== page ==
Your Complete Guide to Index Investing with Dan Bortolotti

Podcast 7: Making Sense of Bonds

2018-06-21T07:16:03+00:00April 19th, 2017|Categories: Podcast|Tags: |24 Comments

I’ve always felt that being a defenseman is the toughest job on a hockey team. Forwards score most of the goals, and goalies can steal the show with a few timely saves, but fans rarely notice a defenseman until he makes a mistake. Bonds get that same lack of respect from investors: everyone seems to forget the times they provided a safety net when stocks plummeted, but if they lose a few percentage points they get kicked to the curb.

Part of the problem is that bonds can be difficult to understand. So in my latest podcast, I devote the full episode to answering common questions about the asset class investors love to hate.

I previewed this episode in my last post about why bond prices fall when rates rise, and I’ll continue with a series of blog posts that expand on some of the other issues discussed in the podcast:

  • If you started investing in bond ETFs about three years ago, chances are good that your holding is showing a loss on your brokerage statement. So you might be surprised to learn that broad-based bond index funds returned close to 4% annually over the three years ending March 31. I’ll take another look at why many bond investors think they’re losing money even when they’re actually netting a positive return.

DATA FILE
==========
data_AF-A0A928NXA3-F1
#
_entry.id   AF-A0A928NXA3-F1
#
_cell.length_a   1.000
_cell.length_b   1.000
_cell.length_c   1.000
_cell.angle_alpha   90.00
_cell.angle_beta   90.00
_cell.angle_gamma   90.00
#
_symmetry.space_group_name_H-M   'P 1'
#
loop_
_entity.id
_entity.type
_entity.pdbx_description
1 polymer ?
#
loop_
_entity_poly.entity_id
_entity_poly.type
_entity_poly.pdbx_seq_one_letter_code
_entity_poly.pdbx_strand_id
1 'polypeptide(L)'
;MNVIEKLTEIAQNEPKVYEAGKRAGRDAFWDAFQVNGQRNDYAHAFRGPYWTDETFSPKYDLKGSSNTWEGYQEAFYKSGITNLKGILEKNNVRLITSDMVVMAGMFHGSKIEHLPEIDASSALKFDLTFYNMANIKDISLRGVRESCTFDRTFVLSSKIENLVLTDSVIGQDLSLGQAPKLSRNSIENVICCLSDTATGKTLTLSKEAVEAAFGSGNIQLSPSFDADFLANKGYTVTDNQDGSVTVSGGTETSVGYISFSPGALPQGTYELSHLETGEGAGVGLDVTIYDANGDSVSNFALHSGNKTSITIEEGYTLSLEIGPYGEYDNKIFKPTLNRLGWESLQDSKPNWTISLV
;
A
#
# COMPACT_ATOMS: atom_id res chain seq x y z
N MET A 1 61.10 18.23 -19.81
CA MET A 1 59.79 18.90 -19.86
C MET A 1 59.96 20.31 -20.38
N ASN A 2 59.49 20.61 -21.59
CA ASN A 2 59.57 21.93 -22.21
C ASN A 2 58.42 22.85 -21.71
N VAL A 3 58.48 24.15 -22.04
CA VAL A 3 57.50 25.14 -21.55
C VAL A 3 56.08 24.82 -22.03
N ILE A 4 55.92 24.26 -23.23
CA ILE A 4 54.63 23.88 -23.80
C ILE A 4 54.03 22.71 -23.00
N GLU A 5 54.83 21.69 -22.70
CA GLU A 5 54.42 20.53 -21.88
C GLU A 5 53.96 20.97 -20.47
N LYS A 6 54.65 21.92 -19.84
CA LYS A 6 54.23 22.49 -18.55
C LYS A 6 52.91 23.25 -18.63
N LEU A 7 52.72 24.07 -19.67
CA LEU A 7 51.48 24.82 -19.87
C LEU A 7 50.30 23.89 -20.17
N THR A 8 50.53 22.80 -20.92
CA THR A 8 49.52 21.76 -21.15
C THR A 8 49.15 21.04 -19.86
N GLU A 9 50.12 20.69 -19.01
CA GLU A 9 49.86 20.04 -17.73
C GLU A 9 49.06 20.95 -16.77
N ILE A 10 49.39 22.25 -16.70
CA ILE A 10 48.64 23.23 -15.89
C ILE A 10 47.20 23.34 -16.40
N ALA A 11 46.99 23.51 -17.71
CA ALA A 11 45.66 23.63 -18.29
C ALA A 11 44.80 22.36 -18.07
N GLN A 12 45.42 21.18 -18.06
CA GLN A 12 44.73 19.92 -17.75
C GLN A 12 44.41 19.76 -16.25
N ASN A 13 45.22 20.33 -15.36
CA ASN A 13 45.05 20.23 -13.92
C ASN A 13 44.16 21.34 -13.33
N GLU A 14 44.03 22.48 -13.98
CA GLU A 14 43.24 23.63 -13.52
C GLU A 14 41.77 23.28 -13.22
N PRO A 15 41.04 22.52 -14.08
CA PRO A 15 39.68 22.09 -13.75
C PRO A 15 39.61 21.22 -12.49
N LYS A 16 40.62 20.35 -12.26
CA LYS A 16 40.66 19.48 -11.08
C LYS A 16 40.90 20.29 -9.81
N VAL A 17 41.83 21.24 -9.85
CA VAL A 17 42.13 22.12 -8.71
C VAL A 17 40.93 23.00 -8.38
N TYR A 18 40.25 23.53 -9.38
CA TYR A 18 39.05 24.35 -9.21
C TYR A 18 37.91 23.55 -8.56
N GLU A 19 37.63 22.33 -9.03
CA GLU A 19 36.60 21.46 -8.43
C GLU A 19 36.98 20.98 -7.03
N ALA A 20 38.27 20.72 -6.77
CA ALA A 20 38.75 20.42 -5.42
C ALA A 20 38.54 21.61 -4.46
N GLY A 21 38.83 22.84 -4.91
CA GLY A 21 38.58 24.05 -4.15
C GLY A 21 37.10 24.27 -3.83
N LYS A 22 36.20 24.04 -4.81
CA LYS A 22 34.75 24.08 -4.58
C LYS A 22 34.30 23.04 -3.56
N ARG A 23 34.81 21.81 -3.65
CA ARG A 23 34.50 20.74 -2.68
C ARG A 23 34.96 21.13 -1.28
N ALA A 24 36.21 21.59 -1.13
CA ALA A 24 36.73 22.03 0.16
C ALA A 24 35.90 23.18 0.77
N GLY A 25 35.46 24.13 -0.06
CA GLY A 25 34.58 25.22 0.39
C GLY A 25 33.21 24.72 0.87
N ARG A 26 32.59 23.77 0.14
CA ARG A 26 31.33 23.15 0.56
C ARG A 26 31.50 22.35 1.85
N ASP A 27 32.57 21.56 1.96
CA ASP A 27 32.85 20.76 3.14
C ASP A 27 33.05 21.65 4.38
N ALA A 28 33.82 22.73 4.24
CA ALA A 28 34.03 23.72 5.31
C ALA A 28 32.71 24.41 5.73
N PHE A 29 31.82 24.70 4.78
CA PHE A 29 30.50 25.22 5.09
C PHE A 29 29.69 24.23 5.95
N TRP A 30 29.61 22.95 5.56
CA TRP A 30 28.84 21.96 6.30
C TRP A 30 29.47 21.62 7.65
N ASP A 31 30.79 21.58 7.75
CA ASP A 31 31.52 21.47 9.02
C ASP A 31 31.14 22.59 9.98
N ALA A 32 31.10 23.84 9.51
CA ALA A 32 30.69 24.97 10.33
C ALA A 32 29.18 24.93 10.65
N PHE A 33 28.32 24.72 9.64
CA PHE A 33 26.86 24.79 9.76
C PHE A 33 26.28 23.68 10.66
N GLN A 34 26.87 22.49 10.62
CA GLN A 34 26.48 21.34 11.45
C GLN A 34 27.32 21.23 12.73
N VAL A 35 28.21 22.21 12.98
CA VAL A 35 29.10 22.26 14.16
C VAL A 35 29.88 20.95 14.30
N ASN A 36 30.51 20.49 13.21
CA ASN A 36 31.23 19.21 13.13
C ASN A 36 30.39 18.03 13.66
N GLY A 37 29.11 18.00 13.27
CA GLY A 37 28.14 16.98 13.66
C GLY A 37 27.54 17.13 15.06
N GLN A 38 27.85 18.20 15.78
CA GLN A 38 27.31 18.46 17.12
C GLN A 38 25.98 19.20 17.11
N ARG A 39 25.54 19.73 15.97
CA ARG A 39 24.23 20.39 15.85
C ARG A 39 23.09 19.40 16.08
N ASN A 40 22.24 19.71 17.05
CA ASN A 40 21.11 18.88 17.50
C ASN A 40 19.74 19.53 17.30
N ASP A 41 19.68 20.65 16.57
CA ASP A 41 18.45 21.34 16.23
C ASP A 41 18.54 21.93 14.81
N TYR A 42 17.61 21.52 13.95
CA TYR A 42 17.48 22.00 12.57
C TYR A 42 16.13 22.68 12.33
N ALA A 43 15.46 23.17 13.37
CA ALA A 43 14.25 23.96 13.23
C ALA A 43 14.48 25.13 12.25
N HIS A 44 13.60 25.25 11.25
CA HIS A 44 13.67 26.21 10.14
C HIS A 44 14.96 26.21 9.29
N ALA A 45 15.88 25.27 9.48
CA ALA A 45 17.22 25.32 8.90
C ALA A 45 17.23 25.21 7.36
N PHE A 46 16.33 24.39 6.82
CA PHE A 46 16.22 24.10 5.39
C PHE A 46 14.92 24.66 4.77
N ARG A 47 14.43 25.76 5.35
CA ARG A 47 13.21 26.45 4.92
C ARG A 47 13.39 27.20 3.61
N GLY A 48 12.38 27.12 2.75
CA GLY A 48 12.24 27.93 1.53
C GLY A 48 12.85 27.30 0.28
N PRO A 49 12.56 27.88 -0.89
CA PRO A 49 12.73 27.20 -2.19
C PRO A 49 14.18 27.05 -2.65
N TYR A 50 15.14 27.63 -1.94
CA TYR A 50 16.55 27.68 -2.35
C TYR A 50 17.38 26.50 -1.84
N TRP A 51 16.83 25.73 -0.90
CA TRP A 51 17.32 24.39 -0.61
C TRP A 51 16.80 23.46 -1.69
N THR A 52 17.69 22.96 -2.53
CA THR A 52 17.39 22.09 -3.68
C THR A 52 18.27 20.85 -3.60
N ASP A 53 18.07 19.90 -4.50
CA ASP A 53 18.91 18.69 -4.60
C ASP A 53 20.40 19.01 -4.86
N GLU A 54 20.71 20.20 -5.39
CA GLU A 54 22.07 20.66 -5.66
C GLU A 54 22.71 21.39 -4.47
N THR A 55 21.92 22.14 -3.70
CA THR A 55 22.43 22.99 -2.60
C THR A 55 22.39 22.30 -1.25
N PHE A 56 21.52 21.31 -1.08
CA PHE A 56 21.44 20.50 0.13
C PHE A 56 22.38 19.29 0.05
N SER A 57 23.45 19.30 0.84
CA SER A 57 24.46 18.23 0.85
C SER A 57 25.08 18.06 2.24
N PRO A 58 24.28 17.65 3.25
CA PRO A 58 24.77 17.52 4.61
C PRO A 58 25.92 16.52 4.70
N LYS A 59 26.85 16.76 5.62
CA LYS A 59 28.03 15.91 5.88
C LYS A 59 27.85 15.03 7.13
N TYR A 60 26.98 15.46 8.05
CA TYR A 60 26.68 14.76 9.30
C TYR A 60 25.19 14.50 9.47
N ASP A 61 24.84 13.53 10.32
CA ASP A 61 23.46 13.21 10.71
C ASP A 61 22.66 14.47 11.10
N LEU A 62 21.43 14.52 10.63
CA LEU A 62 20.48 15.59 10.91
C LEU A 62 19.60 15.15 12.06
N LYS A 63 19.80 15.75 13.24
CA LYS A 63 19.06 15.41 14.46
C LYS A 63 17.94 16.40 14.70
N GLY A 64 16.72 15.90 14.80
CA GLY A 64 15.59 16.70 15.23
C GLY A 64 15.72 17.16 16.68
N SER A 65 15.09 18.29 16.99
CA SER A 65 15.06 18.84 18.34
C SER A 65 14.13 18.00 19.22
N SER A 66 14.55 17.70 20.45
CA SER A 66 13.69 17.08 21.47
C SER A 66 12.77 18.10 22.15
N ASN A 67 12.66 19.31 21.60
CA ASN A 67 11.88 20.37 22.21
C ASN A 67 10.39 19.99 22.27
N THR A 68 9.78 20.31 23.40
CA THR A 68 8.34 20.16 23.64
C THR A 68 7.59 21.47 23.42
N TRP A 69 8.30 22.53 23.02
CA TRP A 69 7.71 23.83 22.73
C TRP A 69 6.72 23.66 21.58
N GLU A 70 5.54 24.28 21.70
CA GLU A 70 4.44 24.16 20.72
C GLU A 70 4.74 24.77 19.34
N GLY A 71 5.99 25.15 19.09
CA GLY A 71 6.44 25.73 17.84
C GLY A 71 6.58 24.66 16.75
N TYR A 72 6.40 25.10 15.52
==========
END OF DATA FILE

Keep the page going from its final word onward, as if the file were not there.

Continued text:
.
  • I continue to get asked why anyone would invest in bonds when interest rates have “nowhere to go but up.” Does anyone still think they can forecast interest rates?
    .
  • If you want to reduce the volatility in your portfolio but you prefer to avoid bonds, can you use cash or GICs instead?
    .
  • Investors who focus on yield may elect to use real estate investment trusts (REITs) or preferred shares as substitutes for fixed income. These asset classes might have a role in a diversified portfolio, but not as a replacement for bonds or GICs.

Stay tuned over the next couple of weeks as I take a deeper dive into fixed income.